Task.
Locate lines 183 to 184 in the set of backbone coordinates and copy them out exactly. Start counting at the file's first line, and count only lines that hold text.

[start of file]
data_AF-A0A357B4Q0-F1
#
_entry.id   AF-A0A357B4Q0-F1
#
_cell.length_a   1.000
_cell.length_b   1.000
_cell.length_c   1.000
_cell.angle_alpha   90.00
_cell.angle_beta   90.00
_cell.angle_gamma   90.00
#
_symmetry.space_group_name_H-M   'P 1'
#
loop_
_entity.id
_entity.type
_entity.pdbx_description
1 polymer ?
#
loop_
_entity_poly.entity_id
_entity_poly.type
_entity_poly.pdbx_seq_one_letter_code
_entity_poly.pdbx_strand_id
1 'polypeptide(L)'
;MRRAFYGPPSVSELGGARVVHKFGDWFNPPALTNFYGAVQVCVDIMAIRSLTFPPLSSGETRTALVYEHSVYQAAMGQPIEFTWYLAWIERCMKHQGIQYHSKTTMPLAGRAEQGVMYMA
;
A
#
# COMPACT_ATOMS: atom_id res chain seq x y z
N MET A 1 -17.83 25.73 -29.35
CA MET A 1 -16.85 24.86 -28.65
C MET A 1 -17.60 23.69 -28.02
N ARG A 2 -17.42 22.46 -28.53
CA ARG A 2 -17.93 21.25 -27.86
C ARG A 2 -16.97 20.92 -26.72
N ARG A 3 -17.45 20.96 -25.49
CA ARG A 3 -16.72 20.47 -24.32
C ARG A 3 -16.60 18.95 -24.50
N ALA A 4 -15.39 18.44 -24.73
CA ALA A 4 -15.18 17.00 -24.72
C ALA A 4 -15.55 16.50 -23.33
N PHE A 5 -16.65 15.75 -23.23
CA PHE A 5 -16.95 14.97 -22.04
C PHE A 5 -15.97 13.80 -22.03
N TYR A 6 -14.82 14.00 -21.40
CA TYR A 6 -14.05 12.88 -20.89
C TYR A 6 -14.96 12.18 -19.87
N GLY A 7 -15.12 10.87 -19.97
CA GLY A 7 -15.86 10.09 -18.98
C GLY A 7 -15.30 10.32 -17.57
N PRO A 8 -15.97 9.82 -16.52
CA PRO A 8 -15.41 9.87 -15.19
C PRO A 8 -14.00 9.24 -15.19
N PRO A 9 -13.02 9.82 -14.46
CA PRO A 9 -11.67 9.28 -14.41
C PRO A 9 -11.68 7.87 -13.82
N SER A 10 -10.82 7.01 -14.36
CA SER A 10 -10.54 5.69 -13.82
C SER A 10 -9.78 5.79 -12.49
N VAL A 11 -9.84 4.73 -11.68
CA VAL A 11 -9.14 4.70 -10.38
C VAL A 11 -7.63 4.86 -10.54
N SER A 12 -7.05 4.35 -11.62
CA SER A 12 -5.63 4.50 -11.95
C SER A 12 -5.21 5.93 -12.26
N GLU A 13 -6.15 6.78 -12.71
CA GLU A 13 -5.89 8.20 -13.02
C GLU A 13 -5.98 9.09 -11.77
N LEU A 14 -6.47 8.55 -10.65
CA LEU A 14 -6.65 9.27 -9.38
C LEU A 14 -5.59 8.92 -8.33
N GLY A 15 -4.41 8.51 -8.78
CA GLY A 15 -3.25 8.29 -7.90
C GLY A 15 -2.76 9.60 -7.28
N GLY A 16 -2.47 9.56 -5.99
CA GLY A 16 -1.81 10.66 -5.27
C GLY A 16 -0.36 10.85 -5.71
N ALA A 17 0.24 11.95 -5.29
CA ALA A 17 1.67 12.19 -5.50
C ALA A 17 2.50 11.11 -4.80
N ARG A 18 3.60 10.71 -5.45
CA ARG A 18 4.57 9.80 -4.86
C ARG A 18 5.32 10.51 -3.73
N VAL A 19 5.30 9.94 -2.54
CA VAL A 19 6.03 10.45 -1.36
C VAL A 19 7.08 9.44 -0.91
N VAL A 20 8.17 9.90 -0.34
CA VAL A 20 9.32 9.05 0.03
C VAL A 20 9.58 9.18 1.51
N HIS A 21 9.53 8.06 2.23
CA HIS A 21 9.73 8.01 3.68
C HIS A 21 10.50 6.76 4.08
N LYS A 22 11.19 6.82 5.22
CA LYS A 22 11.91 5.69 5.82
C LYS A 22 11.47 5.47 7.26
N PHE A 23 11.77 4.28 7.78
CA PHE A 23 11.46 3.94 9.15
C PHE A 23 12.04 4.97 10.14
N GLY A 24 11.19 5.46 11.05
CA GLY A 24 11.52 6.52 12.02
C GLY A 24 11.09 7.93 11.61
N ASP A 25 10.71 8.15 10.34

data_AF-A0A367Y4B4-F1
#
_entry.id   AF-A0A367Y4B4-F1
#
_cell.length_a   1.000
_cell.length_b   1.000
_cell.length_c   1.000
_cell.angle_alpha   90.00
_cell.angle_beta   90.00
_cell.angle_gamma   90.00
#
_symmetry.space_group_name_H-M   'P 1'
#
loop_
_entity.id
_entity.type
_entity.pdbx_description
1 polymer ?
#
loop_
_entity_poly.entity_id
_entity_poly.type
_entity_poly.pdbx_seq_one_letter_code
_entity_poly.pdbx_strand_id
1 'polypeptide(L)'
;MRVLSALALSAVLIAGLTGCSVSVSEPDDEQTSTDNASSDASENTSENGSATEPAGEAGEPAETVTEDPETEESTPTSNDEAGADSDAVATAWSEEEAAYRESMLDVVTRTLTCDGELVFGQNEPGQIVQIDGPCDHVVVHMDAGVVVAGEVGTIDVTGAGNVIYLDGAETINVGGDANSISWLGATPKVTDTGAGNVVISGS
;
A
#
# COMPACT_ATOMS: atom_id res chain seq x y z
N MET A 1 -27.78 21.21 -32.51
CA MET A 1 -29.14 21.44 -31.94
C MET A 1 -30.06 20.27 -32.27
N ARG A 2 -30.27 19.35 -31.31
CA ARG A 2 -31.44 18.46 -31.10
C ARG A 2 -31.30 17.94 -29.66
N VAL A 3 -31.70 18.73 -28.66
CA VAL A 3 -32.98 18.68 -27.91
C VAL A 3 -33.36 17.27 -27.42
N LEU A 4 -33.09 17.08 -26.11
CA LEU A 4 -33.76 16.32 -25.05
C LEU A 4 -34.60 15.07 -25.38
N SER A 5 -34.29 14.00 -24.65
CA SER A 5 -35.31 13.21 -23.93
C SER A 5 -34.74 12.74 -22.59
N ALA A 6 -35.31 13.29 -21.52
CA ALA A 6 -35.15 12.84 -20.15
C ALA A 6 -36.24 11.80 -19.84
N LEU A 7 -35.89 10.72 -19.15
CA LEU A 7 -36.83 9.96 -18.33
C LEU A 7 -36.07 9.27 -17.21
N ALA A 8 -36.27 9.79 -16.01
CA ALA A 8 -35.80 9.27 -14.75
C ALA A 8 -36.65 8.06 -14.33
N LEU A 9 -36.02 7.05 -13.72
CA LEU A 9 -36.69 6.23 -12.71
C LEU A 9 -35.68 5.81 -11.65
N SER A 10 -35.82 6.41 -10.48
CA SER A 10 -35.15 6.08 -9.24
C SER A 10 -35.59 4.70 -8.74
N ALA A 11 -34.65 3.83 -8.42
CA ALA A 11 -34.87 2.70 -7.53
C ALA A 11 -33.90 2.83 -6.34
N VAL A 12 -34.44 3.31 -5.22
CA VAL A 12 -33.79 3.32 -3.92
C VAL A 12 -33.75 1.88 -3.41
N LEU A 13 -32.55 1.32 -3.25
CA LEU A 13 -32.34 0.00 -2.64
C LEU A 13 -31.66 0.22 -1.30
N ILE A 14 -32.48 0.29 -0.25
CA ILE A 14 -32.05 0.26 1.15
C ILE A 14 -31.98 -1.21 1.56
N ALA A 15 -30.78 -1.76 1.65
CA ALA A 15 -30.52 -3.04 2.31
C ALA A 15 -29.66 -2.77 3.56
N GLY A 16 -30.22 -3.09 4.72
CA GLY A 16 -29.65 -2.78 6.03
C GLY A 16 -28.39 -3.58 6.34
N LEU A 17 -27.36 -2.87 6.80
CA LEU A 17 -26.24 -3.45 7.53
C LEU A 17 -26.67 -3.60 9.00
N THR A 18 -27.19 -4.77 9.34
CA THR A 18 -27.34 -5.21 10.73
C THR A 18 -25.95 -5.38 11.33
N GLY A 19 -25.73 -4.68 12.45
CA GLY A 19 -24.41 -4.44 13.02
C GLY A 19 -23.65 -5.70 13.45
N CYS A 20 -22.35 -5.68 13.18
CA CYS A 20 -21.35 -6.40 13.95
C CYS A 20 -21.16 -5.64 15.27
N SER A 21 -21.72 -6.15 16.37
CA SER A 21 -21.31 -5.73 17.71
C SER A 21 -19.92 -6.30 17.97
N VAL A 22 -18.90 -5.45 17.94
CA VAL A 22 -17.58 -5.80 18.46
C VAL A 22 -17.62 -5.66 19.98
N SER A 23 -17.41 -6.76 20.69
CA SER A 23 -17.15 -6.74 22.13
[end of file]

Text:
CA LEU A 17 -26.24 -3.45 7.53
C LEU A 17 -26.67 -3.60 9.00